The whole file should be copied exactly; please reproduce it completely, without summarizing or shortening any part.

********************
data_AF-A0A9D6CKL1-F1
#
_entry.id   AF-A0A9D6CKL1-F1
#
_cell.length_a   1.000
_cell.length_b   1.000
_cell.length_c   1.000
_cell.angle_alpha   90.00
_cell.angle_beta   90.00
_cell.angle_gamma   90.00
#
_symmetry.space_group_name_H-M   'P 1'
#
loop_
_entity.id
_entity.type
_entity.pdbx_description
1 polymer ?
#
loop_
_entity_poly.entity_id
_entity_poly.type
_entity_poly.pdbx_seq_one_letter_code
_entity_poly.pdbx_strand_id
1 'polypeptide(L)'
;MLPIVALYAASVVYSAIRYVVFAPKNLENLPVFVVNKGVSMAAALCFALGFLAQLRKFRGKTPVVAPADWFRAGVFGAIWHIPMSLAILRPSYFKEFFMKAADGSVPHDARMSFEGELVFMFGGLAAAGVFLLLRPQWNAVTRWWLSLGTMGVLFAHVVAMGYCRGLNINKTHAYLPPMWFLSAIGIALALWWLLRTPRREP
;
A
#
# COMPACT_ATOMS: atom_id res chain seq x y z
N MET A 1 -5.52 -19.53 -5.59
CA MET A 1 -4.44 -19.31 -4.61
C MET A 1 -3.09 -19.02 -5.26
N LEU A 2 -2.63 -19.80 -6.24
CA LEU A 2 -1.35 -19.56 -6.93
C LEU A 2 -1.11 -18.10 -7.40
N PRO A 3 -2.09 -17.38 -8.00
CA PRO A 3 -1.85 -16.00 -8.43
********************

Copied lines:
data_AF-A0A9D6CKL1-F1
#
_entry.id   AF-A0A9D6CKL1-F1
#
_cell.length_a   1.000
_cell.length_b   1.000
_cell.length_c   1.000
_cell.angle_alpha   90.00
_cell.angle_beta   90.00
_cell.angle_gamma   90.00
#
_symmetry.space_group_name_H-M   'P 1'
#
loop_
_entity.id
_entity.type
_entity.pdbx_description
1 polymer ?
#
loop_
_entity_poly.entity_id
_entity_poly.type
_entity_poly.pdbx_seq_one_letter_code
_entity_poly.pdbx_strand_id
1 'polypeptide(L)'
;MLPIVALYAASVVYSAIRYVVFAPKNLENLPVFVVNKGVSMAAALCFALGFLAQLRKFRGKTPVVAPADWFRAGVFGAIWHIPMSLAILRPSYFKEFFMKAADGSVPHDARMSFEGELVFMFGGLAAAGVFLLLRPQWNAVTRWWLSLGTMGVLFAHVVAMGYCRGLNINKTHAYLPPMWFLSAIGIALALWWLLRTPRREP
;
A
#
# COMPACT_ATOMS: atom_id res chain seq x y z
N MET A 1 -5.52 -19.53 -5.59
CA MET A 1 -4.44 -19.31 -4.61
C MET A 1 -3.09 -19.02 -5.26
N LEU A 2 -2.63 -19.80 -6.24
CA LEU A 2 -1.35 -19.56 -6.93
C LEU A 2 -1.11 -18.10 -7.40
N PRO A 3 -2.09 -17.38 -8.00
CA PRO A 3 -1.85 -16.00 -8.43